What a difference one day makes

28th July 1995 at 01:00
Diane Spencer, at the Professional Association of Teachers conference, reports on the case of the 24-hour chair. The new leader of the no-strike union, the Professional Association of Teachers, was forced to resign after just 24 hours in office following his remarks that classes of 40 children could be acceptable.

David Walker, a retired headteacher and now an Office for Standards in Education inspector who only took over as national chairman on Tuesday, made his resignation statement to the 200 delegates at the PAT's annual conference in Derby on Wednesday after a radio interview in which he "inadvertently expressed views which are quite outside PAT policy".

Claiming he had been pushed to go beyond an earlier statement on class size, Mr Walker said: "The job of any national chairman is to uphold policies of the association and to express the views of members - your views . . . I have no alternative but to resign - and have done so because of my respect and affection for the association and the harm which my ill-considered comments could do."

Mr Walker's speech, scheduled for Tuesday evening, was released last Friday and reported in some of the weekend's papers, leading him to make a statement at the start of the conference clarifying his remarks. "Our objective is . . . professional flexibility within a controlled framework. PAT's evidence to the School Teachers Review Body on pay said that no teacher should teach in a class of more than 30 unless the staff agreed it was reasonably desirable."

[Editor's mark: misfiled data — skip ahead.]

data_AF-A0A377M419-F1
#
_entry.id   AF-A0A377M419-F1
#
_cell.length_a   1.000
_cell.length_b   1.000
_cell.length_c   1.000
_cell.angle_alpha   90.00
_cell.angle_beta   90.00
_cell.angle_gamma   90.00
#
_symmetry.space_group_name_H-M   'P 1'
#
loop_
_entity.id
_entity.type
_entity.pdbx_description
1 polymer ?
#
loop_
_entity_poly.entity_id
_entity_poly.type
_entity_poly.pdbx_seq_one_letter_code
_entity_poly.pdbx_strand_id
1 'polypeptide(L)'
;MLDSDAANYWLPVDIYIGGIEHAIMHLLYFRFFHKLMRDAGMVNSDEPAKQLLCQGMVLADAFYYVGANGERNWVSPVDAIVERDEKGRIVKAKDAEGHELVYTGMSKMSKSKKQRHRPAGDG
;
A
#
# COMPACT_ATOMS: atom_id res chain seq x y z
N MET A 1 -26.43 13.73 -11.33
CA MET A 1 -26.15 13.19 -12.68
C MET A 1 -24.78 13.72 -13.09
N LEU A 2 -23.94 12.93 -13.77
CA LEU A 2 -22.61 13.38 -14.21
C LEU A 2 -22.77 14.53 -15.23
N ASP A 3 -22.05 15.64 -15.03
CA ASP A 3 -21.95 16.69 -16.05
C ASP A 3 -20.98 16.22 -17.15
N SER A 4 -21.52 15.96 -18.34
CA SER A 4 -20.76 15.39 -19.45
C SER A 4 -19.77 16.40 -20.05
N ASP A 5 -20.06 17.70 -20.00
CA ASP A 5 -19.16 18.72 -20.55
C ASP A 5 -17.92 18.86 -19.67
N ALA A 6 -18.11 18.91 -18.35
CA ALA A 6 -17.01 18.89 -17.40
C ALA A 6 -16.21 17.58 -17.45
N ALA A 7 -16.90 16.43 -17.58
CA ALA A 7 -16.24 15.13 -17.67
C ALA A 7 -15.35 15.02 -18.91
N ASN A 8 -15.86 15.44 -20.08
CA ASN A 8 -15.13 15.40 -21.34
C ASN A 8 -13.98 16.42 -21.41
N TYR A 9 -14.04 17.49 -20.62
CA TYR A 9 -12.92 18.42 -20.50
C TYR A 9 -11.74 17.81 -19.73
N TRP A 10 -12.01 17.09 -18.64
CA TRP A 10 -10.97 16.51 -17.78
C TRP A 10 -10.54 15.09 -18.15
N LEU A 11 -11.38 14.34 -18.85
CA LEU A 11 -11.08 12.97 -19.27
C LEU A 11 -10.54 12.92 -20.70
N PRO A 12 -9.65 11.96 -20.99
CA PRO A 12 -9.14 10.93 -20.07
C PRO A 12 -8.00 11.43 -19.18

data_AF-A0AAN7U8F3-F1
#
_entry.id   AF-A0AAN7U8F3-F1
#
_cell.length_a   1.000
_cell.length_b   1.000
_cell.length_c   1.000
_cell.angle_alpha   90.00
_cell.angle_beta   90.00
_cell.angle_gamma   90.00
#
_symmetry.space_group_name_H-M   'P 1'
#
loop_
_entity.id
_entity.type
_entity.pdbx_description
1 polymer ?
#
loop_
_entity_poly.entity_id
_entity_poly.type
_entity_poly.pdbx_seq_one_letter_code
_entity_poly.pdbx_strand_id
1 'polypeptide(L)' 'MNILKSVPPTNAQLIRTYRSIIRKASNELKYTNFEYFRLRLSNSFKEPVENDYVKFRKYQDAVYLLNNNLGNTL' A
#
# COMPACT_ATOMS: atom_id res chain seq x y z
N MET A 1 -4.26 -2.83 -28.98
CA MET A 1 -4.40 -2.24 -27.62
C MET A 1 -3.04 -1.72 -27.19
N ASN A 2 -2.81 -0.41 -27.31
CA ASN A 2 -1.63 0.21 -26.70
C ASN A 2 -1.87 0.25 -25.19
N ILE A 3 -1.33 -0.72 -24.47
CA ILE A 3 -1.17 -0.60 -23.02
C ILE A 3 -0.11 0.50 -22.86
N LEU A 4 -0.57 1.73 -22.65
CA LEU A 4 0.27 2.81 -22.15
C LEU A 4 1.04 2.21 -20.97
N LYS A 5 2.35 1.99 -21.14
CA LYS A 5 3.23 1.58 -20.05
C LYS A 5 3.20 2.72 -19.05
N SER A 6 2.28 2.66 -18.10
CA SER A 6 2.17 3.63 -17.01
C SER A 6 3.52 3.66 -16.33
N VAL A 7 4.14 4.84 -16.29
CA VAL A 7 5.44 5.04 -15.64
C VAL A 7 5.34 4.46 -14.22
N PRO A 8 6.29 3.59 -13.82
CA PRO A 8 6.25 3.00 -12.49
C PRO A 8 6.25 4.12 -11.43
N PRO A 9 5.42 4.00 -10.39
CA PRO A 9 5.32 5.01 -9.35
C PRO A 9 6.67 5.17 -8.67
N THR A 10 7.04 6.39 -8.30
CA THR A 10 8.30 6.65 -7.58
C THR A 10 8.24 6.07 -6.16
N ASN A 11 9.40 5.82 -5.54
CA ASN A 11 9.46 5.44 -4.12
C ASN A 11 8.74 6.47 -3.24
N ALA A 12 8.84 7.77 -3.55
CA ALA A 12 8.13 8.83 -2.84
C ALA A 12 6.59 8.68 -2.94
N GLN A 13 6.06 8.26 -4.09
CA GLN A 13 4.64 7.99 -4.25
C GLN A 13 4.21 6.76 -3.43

But he appeared to reverse this in a BBC Radio 4 interview on Tuesday evening. John Andrews, general secretary of the 40,000-member association, which celebrates its 25th anniversary this year, said there had been a "strong reaction from members".

In his original speech Mr Walker said the issue was complex: smaller classes did not automatically mean better teaching and learning. Some subjects, such as reading, needed small classes. A group of 40 well-behaved children could be quite manageable. "But we've all known the other kind, haven't we? Those that make a class of a dozen a nightmare . . . Given these variables, it is a nonsense to place an arbitrary number on the size of a class."

When asked if Mr Walker had been told to resign, Mr Andrews said: "We actually hardly had to say anything at all. He knew what he had to do." Mr Walker, who was visibly upset after giving his statement, left the conference via a fire exit with his wife Christine.

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